Video game maker Nintendo agreed on Thursday to provide protective gloves to approximately 1.2 million children who play the game Mario Party. The agreement is part of a settlement with the New York state attorney general's office and could cost Nintendo up to $80m (£49m).
In reality, however, the settlement could cost the company a lot less -- even as little as $20,000 (£12,400) in total for the gloves -- depending on the number of players who request the protective equipment.
"This settlement is good news for the parents throughout the nation," said New York attorney general, Eliot Spitzer. "Nintendo has agreed to take responsibility for the effect of its games on young people."
While no case was actually filed, the New York attorney general's office has received almost 100 complaints from consumers whose children have sustained hand wounds from playing any of five different levels of the Nintendo 64 game. The injuries range from friction burns and blisters to lacerations and punctures. "The injuries occurred because of the way that the joystick is used to win the game," said Christine Pritchard, spokeswoman for Spitzer's office.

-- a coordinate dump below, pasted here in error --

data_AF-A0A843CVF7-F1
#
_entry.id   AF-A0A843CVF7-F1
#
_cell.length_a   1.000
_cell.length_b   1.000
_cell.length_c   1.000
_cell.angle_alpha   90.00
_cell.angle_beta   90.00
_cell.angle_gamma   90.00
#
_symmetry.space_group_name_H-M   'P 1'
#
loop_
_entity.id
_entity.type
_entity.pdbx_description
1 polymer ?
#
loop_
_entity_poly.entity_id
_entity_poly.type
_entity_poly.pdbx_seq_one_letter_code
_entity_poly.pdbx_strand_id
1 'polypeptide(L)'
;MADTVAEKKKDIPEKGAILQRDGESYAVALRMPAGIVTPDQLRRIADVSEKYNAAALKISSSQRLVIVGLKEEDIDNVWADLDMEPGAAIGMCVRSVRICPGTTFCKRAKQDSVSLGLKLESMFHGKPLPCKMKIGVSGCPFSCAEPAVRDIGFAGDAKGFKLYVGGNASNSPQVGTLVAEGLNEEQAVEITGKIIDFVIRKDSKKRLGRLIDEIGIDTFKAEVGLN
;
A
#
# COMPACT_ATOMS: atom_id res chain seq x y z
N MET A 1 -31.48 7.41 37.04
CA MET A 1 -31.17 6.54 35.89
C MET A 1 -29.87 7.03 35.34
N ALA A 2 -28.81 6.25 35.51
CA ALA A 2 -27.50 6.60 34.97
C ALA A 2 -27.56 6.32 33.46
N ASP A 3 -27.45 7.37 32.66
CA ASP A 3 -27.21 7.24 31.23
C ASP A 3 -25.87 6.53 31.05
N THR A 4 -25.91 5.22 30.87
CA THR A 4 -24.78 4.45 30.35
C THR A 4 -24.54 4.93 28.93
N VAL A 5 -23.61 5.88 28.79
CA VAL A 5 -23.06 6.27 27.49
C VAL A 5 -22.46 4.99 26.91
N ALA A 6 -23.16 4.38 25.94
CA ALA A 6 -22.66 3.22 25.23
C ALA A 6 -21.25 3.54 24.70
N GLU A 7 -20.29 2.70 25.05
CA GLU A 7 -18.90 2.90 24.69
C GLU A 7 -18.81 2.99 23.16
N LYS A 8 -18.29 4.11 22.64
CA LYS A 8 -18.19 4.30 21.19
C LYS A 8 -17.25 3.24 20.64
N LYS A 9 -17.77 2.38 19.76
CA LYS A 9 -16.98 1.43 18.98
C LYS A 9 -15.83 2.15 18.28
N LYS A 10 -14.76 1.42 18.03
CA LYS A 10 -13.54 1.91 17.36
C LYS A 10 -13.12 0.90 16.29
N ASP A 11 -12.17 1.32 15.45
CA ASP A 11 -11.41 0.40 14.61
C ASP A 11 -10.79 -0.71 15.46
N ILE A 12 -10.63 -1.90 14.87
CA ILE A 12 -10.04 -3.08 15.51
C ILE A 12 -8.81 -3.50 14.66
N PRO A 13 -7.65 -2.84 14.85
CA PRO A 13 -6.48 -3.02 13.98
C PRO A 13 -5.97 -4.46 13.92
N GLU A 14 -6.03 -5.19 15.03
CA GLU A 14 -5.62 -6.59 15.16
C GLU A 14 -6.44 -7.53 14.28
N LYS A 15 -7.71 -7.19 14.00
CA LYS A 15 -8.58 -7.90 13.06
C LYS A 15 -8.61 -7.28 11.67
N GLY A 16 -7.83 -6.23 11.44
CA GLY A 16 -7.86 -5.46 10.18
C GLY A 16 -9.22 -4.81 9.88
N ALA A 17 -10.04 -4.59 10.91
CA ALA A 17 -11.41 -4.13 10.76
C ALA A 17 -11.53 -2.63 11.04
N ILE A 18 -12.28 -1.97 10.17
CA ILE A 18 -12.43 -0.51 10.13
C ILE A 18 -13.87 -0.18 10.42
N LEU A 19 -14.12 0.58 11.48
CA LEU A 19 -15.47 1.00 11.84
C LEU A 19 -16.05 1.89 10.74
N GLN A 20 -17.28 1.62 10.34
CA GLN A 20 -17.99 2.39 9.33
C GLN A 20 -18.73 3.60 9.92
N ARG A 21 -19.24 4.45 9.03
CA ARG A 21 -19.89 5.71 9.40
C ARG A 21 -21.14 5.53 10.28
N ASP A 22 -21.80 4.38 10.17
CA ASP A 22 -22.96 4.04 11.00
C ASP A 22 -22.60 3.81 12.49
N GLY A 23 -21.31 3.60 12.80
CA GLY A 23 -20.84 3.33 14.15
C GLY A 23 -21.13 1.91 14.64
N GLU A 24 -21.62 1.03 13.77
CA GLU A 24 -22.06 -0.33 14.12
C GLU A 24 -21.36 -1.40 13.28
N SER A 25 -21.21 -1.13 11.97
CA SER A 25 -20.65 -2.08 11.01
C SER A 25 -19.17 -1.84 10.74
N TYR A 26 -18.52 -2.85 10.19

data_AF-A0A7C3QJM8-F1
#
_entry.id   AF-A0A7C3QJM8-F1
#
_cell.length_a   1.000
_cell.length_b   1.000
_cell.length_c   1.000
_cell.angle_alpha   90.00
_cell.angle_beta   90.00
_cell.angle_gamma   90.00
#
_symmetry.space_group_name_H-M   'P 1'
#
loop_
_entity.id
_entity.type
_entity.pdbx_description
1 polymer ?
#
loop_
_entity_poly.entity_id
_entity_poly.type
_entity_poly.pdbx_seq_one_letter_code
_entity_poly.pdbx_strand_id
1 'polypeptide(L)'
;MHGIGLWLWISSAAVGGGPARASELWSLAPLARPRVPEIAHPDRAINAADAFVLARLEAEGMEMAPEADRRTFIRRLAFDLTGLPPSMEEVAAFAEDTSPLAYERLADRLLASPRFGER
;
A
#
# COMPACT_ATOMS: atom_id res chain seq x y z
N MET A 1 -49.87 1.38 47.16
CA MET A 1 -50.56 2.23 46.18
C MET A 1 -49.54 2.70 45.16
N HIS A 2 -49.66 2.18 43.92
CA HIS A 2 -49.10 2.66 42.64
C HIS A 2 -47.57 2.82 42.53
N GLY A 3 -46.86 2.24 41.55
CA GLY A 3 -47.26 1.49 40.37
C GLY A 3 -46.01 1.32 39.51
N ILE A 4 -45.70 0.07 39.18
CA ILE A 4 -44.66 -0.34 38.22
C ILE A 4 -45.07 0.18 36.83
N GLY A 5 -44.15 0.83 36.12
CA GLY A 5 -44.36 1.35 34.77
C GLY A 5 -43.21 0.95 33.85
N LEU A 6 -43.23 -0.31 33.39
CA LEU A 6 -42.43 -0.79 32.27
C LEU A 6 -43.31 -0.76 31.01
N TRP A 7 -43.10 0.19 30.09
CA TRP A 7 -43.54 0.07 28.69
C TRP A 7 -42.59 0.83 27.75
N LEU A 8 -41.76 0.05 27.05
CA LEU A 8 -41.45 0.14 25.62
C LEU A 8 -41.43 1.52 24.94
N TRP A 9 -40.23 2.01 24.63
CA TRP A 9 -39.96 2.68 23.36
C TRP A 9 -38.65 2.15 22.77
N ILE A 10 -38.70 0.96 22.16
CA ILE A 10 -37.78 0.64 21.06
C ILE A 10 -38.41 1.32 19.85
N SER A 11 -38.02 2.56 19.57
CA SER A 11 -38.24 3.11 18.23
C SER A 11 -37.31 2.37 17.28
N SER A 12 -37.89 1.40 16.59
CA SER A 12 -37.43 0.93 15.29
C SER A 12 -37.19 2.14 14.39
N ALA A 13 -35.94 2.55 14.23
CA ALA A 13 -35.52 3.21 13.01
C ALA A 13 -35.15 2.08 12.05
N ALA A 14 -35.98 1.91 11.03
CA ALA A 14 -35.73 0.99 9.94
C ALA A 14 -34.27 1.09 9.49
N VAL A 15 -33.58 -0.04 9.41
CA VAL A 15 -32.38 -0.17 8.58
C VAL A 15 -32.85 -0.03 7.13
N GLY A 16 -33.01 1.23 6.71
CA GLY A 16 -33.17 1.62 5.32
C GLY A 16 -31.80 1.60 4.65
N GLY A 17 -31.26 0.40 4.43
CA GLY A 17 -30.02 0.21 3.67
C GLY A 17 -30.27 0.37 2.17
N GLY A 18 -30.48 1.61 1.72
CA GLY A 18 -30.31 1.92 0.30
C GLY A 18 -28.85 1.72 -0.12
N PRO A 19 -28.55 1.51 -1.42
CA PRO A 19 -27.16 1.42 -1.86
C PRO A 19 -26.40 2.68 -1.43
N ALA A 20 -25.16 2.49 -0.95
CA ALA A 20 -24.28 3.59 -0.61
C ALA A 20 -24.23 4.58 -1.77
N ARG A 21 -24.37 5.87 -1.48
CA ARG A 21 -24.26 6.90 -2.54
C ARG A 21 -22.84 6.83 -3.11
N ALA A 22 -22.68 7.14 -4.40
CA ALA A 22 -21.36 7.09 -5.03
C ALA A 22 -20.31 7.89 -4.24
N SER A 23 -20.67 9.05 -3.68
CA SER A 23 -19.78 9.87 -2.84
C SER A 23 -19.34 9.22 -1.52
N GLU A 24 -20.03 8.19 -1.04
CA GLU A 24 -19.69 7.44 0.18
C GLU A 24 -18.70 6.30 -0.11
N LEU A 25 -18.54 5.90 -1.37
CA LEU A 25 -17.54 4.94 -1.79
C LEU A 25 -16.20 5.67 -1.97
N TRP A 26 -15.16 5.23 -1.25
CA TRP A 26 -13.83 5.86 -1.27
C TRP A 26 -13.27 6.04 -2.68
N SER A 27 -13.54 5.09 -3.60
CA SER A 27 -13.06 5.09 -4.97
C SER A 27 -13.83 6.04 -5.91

In the five segments of the game associated with the injuries -- including Paddle Battle, Tug O'War, Pedal Power, Cast Aways and Deep Sea Divers -- children need to rapidly rotate the joystick to succeed at the virtual tasks. In many cases, the frenetic activity caused hand injuries, said Pritchard.
Nintendo will provide each family with up to four gloves as part of the settlement. In addition to the cost of the gloves, Nintendo has also agreed to pay for the state's legal fees, totalling about $75,000 (£45,000).
Beth Llewelyn, spokeswomen for Nintendo, stressed that the total cost to the company will more than likely be much less then $80m. "We have had only 90 or so complaints in the year that the game has been on the market," she said. "We don't know how many people are going to take advantage of the offer."
Llewelyn described the gloves as "similar to weight lifting gloves" with padded palms. The attorney general's office estimated the cost per user could be as much as $18 (£11).